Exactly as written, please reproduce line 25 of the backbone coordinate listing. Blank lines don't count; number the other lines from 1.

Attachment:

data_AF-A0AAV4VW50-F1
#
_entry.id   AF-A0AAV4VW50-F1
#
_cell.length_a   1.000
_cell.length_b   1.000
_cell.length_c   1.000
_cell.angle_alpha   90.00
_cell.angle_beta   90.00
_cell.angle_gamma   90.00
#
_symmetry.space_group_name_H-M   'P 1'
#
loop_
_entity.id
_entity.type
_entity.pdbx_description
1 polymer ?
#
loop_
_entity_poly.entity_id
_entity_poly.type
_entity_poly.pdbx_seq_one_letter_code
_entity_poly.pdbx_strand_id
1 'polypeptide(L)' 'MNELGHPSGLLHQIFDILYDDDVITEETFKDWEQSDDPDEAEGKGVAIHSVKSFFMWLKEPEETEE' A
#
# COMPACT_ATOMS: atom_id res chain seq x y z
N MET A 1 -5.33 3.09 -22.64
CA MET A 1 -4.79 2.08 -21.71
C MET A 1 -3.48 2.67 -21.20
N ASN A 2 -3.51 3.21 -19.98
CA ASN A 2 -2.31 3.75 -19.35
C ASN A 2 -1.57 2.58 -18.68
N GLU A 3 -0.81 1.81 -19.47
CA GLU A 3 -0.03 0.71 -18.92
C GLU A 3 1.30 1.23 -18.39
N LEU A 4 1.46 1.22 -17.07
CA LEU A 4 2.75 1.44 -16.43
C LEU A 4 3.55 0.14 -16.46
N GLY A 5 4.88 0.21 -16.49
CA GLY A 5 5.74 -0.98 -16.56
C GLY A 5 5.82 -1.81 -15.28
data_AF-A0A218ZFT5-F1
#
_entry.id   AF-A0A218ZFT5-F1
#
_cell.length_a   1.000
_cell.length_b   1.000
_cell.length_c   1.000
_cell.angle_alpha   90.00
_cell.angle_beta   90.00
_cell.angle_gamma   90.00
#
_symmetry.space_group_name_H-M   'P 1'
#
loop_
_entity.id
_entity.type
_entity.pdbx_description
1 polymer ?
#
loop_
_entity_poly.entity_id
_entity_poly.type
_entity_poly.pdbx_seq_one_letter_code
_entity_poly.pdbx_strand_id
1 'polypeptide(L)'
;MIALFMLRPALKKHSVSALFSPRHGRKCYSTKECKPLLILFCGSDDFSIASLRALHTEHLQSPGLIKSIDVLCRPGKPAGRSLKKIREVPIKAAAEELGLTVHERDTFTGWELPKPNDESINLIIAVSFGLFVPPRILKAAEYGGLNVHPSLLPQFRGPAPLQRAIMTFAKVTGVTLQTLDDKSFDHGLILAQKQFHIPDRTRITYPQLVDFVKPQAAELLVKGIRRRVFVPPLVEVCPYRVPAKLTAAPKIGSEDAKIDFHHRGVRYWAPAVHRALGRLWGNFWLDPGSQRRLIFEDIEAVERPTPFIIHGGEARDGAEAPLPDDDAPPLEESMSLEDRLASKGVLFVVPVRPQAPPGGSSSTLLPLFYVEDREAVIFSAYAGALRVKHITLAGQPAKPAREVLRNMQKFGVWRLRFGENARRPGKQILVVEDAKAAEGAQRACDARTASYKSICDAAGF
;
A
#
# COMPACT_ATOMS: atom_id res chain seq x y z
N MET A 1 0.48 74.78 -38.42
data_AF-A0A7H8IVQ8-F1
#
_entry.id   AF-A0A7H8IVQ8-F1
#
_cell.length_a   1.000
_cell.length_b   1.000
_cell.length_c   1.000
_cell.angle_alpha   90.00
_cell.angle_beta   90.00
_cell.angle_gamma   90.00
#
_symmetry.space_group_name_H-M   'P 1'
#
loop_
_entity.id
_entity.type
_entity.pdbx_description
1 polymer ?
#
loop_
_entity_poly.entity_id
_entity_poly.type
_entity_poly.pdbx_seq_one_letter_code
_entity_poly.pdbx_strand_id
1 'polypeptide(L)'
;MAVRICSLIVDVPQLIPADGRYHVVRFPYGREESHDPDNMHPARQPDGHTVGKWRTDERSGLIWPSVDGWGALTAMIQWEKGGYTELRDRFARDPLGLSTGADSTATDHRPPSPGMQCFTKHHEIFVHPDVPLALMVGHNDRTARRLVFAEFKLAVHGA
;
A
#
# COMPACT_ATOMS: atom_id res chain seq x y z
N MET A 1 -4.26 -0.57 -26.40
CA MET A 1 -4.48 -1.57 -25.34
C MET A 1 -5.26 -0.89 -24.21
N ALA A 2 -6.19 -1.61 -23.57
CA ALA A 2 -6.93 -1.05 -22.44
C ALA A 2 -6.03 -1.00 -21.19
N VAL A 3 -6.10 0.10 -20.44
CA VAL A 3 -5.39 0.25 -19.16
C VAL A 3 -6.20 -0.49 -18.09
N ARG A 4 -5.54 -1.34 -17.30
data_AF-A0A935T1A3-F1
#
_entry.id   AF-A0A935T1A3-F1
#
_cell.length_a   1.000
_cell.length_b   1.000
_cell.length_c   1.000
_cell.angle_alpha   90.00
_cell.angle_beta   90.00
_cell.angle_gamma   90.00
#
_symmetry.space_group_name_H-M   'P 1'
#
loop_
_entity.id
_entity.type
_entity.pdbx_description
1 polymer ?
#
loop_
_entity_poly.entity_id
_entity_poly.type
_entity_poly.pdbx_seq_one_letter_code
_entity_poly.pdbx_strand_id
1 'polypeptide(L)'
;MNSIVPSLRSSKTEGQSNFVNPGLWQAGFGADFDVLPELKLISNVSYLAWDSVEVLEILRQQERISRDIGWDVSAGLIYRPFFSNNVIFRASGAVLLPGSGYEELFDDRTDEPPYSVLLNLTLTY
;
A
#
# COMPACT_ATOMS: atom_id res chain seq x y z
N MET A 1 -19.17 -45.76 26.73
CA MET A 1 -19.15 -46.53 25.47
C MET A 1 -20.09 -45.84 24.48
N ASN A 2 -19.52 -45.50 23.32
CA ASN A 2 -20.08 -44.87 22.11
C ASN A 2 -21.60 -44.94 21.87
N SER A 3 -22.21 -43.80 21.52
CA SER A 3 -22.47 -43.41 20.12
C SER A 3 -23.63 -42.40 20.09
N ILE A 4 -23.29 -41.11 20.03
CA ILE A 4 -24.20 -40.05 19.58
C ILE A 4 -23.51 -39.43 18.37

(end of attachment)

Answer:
1 'polypeptide(L)' 'MNELGHPSGLLHQIFDILYDDDVITEETFKDWEQSDDPDEAEGKGVAIHSVKSFFMWLKEPEETEE' A